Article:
Sunday, August 2, 2009

So, I just reach in the jar, pull out a tile, and I win a prize? Well, ok.

The Lottery Jug of Zagig!

Also known as Zagig's jar, The Lottery Urn, and "that mad bastard's cookie jar", The Lottery Jug is a simple stoneware jar with a conical lid topped by a ball shaped knob.
The Jug appears to be of about two gallon size, and is glazed in an unremarkable off-white.
Within the Jug are a variable number of lozenge shaped tiles of ivory, ebony, and lapis lazuli. To use the Lottery Urn, it must be shaken, with the lid on, and then, he who wishes to play the lottery, must reach inside and draw forth a tile. In most cases, the fortune inscribed on the tile comes to pass as soon as it is read.
Though it is possible to lift the lid and look within the jug, it is not possible to deliberately choose a tile. As soon as a player's hand enters the jug, darkness will obscure the tiles. If the jug is overturned and the tiles dumped out, they will be blank and non-magical until replaced in the urn.
The fortunes inscribed on the tiles may be benign,(ivory tile), malevolent,(ebony tile), or strange and wondrous,(lapis lazuli tiles).

Each time a tile is drawn, there is a 10% cumulative chance that the Lottery Urn will vanish.

1. All coinage on the tile drawer's person vanishes.

2. All coinage on the tile drawer's person doubles in value.

3. All coinage on the tile drawer's person becomes harmless iridescent beetles which escape their containment and scuttle about randomly. Any that are killed, or escape before ten rounds have passed, do not revert to coins.

4. The lottery player trips and breaks his nose. 2 pts damage.

5. The player gains 1 pt of dexterity.

6. The next attack against the tile drawer will miss, but only because the drawer stumbles and falls in avoiding it. 1d4 points damage upon the occasion.

7. The tile drawer instantly contracts the Mumps.

8. Any physical deficiency the drawer suffers from, near-sightedness, acne, a hump, etc.., is instantly corrected.

9. From this point on, the tile drawers farts smell like wild flowers.

10. One magic item in the drawer's possession becomes cursed. ( The DM should list all the character's magic items and roll to determine which item is now tainted. The DM must then decide in what way the item has been changed.)

11. One magic item in the drawer's possession is enhanced. The DM must treat as in # 10.

12. One item in the drawer's gear which was not previously magical, spontaneously becomes so.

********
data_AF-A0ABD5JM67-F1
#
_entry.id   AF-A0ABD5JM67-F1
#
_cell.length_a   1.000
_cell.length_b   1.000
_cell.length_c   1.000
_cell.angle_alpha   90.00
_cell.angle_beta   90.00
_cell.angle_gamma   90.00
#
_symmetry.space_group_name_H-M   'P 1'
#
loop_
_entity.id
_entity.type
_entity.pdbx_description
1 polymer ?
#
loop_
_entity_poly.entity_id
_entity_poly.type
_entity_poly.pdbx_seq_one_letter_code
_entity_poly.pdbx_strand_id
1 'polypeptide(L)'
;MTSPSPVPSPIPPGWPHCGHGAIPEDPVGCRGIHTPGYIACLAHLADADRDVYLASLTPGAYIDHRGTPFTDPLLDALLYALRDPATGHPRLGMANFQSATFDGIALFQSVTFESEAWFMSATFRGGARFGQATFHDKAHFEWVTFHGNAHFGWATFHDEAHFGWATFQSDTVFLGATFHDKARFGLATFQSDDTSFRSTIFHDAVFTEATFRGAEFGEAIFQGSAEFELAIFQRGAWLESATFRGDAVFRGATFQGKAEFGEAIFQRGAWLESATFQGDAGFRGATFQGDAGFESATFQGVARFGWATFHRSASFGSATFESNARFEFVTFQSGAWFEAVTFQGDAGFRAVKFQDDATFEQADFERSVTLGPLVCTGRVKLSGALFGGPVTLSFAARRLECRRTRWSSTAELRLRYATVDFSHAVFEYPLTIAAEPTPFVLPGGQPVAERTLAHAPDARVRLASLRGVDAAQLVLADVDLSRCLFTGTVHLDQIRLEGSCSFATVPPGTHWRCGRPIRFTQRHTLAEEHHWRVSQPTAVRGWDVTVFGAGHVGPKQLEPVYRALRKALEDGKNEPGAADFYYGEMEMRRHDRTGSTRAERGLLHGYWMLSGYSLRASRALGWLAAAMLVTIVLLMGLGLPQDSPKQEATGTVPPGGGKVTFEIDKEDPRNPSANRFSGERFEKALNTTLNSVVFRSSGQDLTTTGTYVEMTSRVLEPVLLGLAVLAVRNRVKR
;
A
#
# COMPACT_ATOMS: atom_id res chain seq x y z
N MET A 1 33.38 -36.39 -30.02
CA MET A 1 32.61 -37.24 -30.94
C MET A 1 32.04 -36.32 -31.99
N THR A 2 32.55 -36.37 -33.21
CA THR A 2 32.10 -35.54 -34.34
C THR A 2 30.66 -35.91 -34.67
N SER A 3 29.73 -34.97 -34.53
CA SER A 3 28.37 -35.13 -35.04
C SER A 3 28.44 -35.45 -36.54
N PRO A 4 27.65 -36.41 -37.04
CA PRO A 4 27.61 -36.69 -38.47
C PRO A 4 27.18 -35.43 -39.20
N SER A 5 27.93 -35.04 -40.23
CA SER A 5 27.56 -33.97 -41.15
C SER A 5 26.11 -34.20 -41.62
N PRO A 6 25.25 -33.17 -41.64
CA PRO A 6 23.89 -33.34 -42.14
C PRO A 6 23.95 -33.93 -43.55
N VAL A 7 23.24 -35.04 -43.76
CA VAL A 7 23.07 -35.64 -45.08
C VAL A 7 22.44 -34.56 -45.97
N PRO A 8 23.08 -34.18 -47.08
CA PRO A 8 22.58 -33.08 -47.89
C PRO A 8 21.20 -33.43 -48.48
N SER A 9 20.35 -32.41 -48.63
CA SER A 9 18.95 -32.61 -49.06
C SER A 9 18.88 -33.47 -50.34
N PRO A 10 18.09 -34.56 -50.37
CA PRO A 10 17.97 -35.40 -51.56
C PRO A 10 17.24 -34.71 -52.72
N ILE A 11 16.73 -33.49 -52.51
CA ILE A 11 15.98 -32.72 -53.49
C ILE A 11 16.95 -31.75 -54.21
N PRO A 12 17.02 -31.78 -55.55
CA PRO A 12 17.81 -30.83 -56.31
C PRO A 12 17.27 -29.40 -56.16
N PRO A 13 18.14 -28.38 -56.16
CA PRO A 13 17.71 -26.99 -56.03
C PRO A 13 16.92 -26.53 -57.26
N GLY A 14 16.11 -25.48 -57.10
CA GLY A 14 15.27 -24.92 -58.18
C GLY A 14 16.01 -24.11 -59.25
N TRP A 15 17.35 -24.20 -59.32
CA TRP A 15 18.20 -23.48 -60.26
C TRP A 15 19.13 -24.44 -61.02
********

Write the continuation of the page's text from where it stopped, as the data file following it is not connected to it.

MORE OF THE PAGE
This will be an item which is not normally treated with magic, such as, a flask of oil, a single tent stake, a packet of iron rations. The DM will determine in what way the item has become magical.

13. A leather sack containing 5000 gold pieces falls out of the sky and lands directly on the tile drawer. 3d10 points of damage.

14. A beautiful djinn appears to grant the tile drawer one wish, and a kiss. The kiss is required to receive the wish, also, though attractive, the djinn has horrific garlic breath.

15. The tile drawer's hair permanently becomes fine, pure gold, and continues to grow normally.

16. Instantly struck by lightening! 3d6 damage.

17. One stat raised by 2 points. Player's choice.

18. Character gains 1d20 inches in height.

19. A small, vicious dog appears and bites the tile drawer. 1d4 points of damage.

20. The tile drawer is suddenly capable of playing any musical instrument.

21. Once per turn for the next three days of game time, a small random object will fly out of no where and hit the tile drawer in the head. No damage. roll 1d6 each turn. 1-a stone, 2-a 20 gp gem, 3-a chicken bone, 4-an eyeball, 5-a silver coin, 6-a nut.

22. Tile drawer loses one aspect of his class. A thief loses one thieving skill totally, a fighter loses ability to wield, or proficiency with, a single weapon type. A magic-user looses the ability to ever again cast a random spell. A cleric may never again turn undead of greater than 4 hit dice.

23. Tile drawer gains an aspect of another class. A cleric gains the ability to find/remove traps. A thief may lay on hands as would a paladin. A magic-user to employ a single melee weapon as a fighter of equal level. A fighter gains the ability to Read Magic.

24. For the duration of the drawer's next adventure, the eyes of his patron god will be upon him. The character's actions will bring judgement, for good, or for ill. If the character professes no faith, then a random deity will choose to bring him into the fold. Willing or not.

The above are examples of lottery fortunes. The DM is free to add to them to whatever extent he wishes. To maintain the balance of whimsy, malignance, and weal, however, you must always add to the fortunes in groups of three tiles. One for a fortune largely good, one largely evil, and one strange and wondrous.
In order to fully feel the sense of excitement of playing the lottery, it is best to have the players draw numbered chits from a jar, or a hat, rather than roll dice to determine the outcome.

The Lottery Jug of Zagig is meant to bring that feeling of tempting fate to the game, without the potentially campaign ending results of the infamous Deck of Many Things. You can make it as deadly, or goofy as you like. In any event, Zagig will be pleased.


Timeshadows said...

A -lot- of fun. :D

E.G.Palmer said...

The blessing of Zagig be upon you, Timeshadows.

No, I mean, look out! The Blessing of Zagig is upon you!

Roll for initiative!

Timeshadows said...


Which edition?
--My Dex is a 14
If on d6: 4
d10: 6

Oh, noes!
-A horny grizzly bugbear!!! Aaaahhhh!...

E.G.Palmer said...

Every night is AD&D night here at the Old Guard blog, unless I'm feeling reckless and Rients-y, and then, maybe Gamma World!

Also, you should know, fearsome as they may be, the grizzly bugbear is not the most feared of the bugbear races. Few adventurers speak of ever having encountered them, but those that have, can never forget the horror of the... Buggerbears!